By: Rachel Mathes, DVM, MS, DACVO
Spontaneous chronic corneal epithelial defects or so called “SCCED” lesions are superficial corneal ulcers that occur in middle-aged, usually large breed dogs, although they may be seen in any breed (1). SCCED lesions, also known as non-healing ulcers, “indolent” ulcers and “Boxer” ulcers, have a typical clinical presentation and appear as large superficial corneal ulcers with marked epithelial lipping (1,2).The epithelial lip may be seen using focal illumination (e.g. Finhoff transilluminator) or may be highlighted with fluorescein staining with the stain noted to migrate under the epithelial lip. Once the loose epithelium is debrided, the ulcer is often much larger than what is seen prior to debridement. These ulcers may also be associated with dramatic secondary corneal vascularization and granulation tissue.
Although the exact cause of SCCEDs is not known, this defect is thought to be an abnormality in the adhesive mechanism of the corneal epithelium to the stroma (1,3). Upregulation of matrix metalloproteinase (MMP) 2 and 9 is not a characteristic of these lesions (4). An acellular, hyaline membrane is found on histopathology in the ulcer bed and is thought to be contributory in preventing normal epithelial adhesion during the healing process (1). Although uncommonly these ulcers may become secondarily infected and prophylactic antibiotic therapy is warranted, bacterial infections are not causative in these cases. Aggressive antibiotic therapy or periodic switching of topical antibiotics will have no effect on these ulcers and may potentiate resistant bacterial infection.
Treatment for SCCEDs is aimed at creating very superficial stromal abrasion mechanically. Occasionally, debridement of the ulcer with a sterile cotton tipped swab will effect healing. More commonly, however, a more aggressive treatment such as a diamond burr keratectomy or grid keratotomy is required to initiate healing (3.5). Grid keratotomies cause more stromal damage and resultant astigmatism than diamond burr keratectomies (5). Recent studies have shown a very high success rate after diamond burr keratectomy with 70% healed at 1 week and 92.5% healed at 2 weeks (3). Topical chondroitin sulfate may also be beneficial in promoting epithelial adhesion and may decrease surface shearing forces (5).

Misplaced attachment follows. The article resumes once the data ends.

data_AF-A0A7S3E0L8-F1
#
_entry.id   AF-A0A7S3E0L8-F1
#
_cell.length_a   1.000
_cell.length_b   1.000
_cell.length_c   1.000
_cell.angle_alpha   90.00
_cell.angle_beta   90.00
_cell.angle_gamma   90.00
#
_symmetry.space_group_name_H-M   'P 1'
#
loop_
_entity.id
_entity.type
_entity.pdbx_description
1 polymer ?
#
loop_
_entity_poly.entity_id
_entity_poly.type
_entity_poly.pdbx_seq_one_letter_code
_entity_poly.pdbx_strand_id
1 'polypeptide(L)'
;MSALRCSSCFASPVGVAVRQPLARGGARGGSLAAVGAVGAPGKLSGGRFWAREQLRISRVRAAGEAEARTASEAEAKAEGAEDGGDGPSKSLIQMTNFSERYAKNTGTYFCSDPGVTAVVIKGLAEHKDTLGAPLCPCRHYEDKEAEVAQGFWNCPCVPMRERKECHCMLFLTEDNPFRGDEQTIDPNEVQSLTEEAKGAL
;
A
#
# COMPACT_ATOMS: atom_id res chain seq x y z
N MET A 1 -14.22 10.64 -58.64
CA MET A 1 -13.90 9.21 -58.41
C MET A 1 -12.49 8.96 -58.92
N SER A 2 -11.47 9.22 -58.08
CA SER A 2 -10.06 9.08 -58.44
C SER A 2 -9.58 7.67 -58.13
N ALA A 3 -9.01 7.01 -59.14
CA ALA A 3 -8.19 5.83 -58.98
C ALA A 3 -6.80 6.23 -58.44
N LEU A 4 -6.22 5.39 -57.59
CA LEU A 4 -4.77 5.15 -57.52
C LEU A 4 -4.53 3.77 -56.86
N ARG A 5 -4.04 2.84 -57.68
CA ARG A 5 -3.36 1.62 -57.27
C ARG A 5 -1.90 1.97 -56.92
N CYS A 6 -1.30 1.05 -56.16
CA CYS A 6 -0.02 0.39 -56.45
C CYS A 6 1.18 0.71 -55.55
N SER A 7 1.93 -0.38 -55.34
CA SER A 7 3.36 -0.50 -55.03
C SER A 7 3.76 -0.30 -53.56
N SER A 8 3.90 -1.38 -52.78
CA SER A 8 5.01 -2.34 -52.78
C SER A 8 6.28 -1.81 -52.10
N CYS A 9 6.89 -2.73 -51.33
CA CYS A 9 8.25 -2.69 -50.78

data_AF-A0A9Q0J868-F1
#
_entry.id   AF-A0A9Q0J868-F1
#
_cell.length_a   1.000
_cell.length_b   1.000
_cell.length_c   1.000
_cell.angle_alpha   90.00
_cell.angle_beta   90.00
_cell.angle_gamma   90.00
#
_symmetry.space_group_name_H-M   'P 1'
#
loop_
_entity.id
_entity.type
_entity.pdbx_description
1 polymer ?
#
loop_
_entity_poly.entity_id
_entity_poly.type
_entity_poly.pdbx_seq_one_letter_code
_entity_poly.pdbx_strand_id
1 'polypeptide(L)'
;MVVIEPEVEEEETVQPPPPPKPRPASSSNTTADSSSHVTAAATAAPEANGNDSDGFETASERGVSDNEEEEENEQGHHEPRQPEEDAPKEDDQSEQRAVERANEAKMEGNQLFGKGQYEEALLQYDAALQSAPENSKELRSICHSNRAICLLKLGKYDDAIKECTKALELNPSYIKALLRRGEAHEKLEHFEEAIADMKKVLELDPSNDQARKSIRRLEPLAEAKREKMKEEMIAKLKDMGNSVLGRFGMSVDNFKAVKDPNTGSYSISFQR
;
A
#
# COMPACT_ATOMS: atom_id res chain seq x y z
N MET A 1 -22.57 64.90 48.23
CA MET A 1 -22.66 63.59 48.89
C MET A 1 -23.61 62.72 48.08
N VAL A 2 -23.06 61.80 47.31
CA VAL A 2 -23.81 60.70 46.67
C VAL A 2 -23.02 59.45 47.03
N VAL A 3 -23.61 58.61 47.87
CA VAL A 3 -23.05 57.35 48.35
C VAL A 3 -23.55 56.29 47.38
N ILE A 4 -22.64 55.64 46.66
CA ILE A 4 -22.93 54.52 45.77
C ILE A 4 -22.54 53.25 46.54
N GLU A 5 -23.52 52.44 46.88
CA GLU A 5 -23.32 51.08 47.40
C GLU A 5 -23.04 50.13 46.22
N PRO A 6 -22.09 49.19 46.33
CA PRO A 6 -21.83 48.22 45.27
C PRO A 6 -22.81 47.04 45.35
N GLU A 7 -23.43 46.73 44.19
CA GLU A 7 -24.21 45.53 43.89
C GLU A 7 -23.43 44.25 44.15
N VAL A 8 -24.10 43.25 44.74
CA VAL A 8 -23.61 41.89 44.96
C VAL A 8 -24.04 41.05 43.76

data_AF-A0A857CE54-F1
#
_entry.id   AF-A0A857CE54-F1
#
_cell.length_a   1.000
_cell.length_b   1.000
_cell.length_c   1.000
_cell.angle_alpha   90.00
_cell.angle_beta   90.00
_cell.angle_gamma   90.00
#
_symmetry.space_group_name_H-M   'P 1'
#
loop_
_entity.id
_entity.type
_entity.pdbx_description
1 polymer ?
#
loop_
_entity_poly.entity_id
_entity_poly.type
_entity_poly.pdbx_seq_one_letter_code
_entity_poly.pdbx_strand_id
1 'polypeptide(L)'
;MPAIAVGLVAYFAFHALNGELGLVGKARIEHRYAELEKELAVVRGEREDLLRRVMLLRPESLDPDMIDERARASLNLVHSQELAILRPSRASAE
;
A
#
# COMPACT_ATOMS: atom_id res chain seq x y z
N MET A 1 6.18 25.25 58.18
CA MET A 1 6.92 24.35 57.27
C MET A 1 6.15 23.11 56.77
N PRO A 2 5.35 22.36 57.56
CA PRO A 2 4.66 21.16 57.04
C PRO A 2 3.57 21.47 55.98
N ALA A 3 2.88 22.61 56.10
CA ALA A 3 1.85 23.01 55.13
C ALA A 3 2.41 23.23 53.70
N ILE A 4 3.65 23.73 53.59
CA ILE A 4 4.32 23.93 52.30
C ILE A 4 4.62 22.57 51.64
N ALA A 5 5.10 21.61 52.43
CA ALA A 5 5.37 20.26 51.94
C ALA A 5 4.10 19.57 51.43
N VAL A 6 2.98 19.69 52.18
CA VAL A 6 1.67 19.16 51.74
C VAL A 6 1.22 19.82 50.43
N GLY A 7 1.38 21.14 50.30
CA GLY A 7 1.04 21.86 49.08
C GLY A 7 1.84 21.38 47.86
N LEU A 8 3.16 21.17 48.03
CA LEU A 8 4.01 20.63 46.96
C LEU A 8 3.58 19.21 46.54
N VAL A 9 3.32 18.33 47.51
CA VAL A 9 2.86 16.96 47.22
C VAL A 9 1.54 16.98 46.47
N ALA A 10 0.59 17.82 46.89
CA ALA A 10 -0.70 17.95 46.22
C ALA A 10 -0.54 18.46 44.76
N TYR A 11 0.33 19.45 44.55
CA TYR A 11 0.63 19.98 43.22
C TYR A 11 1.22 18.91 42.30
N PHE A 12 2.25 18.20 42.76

Picture A Picture B
Typical SCCED lesions are pictured. Not the prominent irregular, raised corneal granulation tissue and epithelial margin (arrow) with fluorescein stain migrating under the epithelial lip (A). A well demarcated focally extensive superficial ulcer is present with an epithelial margin after debridement (B).
1. Bentley, et al. Spontaneous chronic corneal epithelial defects in dogs: a review. J Am Anim Hosp Assoc. 2005: 41; 158-65.
2. Ledbetter, et al. Efficacy of two chondroitin sulfate ophthalmic solutions in the therapy of spontaneous chronic corneal epithelial defects and ulcerative keratitis associated with bullous keratopathy in dogs. Vet Ophthalmol. 2006: 2; 77-87.
3. Gosling, et al. Management of spontaneous chronic corneal epithelial defects in dogs with diamond burr debridement and placement of a bandage contact lens. Vet Ophthalmol. 23 April 2012, online early view.
4. Carter, et al. Expression of matrix metalloproteinase 2 and 9 in experimentally wounded canine corneas and spontaneous chronic corneal epithelial defects. Cornea. 2007: 10; 1213-1219.
5. Da Silva, et al. Histologic evaluation of the immediate effects of diamond burr debridement in experimental superficial corneal wounds in dogs. Vet Ophthalmol. 2011: 4; 285-291.